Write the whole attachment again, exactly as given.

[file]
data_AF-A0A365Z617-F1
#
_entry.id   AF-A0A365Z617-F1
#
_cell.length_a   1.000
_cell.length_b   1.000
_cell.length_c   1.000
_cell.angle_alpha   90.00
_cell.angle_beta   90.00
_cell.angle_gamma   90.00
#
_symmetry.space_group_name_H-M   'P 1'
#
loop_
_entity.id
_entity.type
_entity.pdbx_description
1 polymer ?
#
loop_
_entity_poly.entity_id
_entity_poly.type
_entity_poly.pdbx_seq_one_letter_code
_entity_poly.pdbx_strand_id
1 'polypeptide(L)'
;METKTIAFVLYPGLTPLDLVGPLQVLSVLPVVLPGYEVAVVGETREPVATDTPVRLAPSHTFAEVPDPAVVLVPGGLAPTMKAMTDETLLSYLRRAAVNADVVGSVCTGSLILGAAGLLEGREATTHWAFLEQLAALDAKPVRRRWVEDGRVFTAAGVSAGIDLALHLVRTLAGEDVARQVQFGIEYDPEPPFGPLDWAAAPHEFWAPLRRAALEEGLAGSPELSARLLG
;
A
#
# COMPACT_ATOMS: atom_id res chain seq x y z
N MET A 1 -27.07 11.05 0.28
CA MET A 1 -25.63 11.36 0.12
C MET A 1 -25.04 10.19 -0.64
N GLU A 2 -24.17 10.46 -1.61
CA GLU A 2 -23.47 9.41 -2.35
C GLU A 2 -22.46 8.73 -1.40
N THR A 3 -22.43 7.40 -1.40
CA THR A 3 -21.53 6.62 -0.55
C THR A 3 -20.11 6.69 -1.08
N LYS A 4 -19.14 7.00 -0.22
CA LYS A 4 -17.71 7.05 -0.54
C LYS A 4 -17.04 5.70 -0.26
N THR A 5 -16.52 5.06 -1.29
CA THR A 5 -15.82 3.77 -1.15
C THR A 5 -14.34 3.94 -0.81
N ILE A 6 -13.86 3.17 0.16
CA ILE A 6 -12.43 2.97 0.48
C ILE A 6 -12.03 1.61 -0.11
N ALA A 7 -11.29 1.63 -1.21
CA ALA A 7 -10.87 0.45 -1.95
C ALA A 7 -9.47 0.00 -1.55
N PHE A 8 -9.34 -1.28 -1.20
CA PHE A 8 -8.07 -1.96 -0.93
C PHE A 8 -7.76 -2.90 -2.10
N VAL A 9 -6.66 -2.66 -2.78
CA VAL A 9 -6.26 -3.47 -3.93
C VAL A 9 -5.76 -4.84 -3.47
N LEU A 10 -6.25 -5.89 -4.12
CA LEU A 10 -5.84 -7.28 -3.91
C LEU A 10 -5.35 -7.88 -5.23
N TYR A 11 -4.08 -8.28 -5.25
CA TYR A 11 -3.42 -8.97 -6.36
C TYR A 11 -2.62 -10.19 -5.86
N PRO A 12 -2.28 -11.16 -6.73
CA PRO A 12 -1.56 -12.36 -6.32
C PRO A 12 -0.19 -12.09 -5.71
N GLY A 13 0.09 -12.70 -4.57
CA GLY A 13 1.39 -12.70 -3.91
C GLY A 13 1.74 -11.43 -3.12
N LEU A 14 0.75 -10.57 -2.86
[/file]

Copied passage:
data_AF-A0A365Z617-F1
#
_entry.id   AF-A0A365Z617-F1
#
_cell.length_a   1.000
_cell.length_b   1.000
_cell.length_c   1.000
_cell.angle_alpha   90.00
_cell.angle_beta   90.00
_cell.angle_gamma   90.00
#
_symmetry.space_group_name_H-M   'P 1'
#
loop_
_entity.id
_entity.type
_entity.pdbx_description
1 polymer ?
#
loop_
_entity_poly.entity_id
_entity_poly.type
_entity_poly.pdbx_seq_one_letter_code
_entity_poly.pdbx_strand_id
1 'polypeptide(L)'
;METKTIAFVLYPGLTPLDLVGPLQVLSVLPVVLPGYEVAVVGETREPVATDTPVRLAPSHTFAEVPDPAVVLVPGGLAPTMKAMTDETLLSYLRRAAVNADVVGSVCTGSLILGAAGLLEGREATTHWAFLEQLAALDAKPVRRRWVEDGRVFTAAGVSAGIDLALHLVRTLAGEDVARQVQFGIEYDPEPPFGPLDWAAAPHEFWAPLRRAALEEGLAGSPELSARLLG
;
A
#
# COMPACT_ATOMS: atom_id res chain seq x y z
N MET A 1 -27.07 11.05 0.28
CA MET A 1 -25.63 11.36 0.12
C MET A 1 -25.04 10.19 -0.64
N GLU A 2 -24.17 10.46 -1.61
CA GLU A 2 -23.47 9.41 -2.35
C GLU A 2 -22.46 8.73 -1.40
N THR A 3 -22.43 7.40 -1.40
CA THR A 3 -21.53 6.62 -0.55
C THR A 3 -20.11 6.69 -1.08
N LYS A 4 -19.14 7.00 -0.22
CA LYS A 4 -17.71 7.05 -0.54
C LYS A 4 -17.04 5.70 -0.26
N THR A 5 -16.52 5.06 -1.29
CA THR A 5 -15.82 3.77 -1.15
C THR A 5 -14.34 3.94 -0.81
N ILE A 6 -13.86 3.17 0.16
CA ILE A 6 -12.43 2.97 0.48
C ILE A 6 -12.03 1.61 -0.11
N ALA A 7 -11.29 1.63 -1.21
CA ALA A 7 -10.87 0.45 -1.95
C ALA A 7 -9.47 0.00 -1.55
N PHE A 8 -9.34 -1.28 -1.20
CA PHE A 8 -8.07 -1.96 -0.93
C PHE A 8 -7.76 -2.90 -2.10
N VAL A 9 -6.66 -2.66 -2.78
CA VAL A 9 -6.26 -3.47 -3.93
C VAL A 9 -5.76 -4.84 -3.47
N LEU A 10 -6.25 -5.89 -4.12
CA LEU A 10 -5.84 -7.28 -3.91
C LEU A 10 -5.35 -7.88 -5.23
N TYR A 11 -4.08 -8.28 -5.25
CA TYR A 11 -3.42 -8.97 -6.36
C TYR A 11 -2.62 -10.19 -5.86
N PRO A 12 -2.28 -11.16 -6.73
CA PRO A 12 -1.56 -12.36 -6.32
C PRO A 12 -0.19 -12.09 -5.71
N GLY A 13 0.09 -12.70 -4.57
CA GLY A 13 1.39 -12.70 -3.91
C GLY A 13 1.74 -11.43 -3.12
N LEU A 14 0.75 -10.57 -2.86